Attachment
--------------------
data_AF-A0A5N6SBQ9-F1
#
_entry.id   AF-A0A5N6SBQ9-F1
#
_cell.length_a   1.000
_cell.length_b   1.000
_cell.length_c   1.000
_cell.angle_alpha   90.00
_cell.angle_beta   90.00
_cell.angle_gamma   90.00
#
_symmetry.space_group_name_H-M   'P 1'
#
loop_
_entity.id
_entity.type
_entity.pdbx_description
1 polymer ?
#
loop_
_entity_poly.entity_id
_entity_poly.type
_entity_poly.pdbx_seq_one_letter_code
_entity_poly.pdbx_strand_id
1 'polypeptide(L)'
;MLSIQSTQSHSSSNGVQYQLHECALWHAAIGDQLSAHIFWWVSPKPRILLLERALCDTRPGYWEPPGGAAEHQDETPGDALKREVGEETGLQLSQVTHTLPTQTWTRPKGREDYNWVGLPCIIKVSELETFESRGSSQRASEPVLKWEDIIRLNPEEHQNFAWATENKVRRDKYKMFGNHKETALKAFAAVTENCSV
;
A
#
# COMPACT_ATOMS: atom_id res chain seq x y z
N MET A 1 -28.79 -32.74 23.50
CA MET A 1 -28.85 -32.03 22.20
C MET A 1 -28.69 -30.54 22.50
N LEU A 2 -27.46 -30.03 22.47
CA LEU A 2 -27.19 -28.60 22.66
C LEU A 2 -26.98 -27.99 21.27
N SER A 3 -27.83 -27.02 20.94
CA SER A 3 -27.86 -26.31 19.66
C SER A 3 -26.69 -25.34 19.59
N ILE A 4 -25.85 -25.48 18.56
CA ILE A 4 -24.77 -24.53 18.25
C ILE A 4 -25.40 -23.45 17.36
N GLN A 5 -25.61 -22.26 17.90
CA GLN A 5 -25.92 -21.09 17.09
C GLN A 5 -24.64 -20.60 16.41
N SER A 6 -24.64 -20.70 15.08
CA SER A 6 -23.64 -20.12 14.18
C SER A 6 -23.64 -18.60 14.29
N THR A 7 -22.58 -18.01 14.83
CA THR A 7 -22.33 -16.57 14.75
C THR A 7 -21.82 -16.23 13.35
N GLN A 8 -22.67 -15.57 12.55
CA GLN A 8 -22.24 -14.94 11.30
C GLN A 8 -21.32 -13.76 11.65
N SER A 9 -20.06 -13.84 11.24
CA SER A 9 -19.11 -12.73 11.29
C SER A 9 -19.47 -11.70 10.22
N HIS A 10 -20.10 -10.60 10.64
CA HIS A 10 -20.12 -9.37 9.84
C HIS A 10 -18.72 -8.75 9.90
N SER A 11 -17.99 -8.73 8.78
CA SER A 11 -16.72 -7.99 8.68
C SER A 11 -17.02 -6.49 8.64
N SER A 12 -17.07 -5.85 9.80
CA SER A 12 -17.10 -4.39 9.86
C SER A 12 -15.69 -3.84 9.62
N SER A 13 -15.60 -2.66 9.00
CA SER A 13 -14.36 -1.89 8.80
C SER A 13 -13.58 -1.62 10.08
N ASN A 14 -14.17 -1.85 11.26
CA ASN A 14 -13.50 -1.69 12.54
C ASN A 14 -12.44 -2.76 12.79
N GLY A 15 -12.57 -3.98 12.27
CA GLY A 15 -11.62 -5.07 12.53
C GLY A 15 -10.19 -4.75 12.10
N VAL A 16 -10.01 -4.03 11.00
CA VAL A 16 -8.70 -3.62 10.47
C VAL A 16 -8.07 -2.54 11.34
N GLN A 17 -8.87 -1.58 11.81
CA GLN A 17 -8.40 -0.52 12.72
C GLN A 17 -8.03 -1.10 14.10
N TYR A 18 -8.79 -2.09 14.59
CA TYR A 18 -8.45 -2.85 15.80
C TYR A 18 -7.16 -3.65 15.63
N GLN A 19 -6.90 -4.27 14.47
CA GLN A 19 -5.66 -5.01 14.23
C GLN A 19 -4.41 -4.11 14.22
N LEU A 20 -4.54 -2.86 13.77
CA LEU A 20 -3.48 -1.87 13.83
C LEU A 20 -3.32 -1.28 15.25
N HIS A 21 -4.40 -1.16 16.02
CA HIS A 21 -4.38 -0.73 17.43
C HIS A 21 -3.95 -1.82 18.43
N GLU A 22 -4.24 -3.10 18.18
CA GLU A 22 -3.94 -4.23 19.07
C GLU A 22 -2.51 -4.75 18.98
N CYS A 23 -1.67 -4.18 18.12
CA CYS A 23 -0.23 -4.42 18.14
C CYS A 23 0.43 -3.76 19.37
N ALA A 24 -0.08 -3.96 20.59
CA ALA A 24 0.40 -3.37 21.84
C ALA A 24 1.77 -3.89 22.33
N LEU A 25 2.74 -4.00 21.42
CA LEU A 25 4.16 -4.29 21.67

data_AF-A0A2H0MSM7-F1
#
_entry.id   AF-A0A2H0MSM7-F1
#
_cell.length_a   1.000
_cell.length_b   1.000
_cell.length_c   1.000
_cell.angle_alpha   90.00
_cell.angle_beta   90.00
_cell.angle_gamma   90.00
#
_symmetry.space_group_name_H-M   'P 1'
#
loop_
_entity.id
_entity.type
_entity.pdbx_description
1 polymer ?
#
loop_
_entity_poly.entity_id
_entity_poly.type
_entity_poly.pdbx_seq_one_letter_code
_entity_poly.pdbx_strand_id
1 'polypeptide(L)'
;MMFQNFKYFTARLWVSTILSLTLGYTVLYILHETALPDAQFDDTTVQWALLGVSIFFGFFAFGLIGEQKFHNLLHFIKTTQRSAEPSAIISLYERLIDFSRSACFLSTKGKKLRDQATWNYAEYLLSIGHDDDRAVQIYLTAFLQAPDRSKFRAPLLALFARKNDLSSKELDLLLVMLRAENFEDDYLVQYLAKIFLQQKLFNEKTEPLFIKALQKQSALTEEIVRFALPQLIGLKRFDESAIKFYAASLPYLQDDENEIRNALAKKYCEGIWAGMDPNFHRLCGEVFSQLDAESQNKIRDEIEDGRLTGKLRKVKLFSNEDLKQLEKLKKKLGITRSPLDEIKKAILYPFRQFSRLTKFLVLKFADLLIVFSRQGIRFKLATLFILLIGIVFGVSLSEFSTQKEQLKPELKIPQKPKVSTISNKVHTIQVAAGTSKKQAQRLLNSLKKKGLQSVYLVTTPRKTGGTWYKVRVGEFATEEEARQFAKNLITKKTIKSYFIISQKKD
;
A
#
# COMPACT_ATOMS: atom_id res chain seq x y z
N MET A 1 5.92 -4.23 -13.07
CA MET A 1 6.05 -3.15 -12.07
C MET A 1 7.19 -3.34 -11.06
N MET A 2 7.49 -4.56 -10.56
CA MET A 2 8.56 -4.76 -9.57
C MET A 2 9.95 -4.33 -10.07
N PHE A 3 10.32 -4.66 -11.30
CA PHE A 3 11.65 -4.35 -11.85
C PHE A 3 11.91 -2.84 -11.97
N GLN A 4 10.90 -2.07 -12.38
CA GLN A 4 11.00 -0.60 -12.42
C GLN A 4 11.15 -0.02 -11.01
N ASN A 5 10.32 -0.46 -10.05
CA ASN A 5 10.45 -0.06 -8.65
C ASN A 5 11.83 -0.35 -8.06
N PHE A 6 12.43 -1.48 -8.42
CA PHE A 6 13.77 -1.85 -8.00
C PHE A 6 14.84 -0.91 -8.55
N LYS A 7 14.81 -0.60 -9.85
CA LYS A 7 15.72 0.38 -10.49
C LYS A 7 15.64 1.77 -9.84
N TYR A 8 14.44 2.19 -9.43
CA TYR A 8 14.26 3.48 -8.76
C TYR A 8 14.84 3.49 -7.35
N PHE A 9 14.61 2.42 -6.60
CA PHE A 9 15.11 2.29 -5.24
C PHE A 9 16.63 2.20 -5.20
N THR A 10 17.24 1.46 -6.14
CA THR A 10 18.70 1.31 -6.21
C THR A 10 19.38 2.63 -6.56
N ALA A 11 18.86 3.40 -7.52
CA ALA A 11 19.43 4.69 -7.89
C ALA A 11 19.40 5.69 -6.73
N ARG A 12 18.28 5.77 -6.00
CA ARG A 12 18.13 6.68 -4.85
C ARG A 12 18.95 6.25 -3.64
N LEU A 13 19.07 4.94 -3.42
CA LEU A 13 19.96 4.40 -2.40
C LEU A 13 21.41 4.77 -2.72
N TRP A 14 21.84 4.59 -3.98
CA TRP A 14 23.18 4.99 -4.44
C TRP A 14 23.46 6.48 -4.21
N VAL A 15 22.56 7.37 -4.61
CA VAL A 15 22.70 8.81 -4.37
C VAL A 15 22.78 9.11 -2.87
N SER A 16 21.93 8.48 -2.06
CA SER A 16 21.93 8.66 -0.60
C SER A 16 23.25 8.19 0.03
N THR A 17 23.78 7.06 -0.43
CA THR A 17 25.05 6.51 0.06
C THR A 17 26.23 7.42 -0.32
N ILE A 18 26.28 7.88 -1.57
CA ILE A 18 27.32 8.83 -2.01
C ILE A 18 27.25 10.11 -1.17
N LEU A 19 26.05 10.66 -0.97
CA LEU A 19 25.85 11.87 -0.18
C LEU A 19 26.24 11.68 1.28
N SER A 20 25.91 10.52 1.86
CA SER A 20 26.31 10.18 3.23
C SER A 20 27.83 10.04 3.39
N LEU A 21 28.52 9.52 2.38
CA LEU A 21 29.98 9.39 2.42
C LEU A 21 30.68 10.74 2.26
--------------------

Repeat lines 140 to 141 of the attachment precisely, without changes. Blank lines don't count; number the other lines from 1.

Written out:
C MET A 2 9.95 -4.33 -10.07
N PHE A 3 10.32 -4.66 -11.30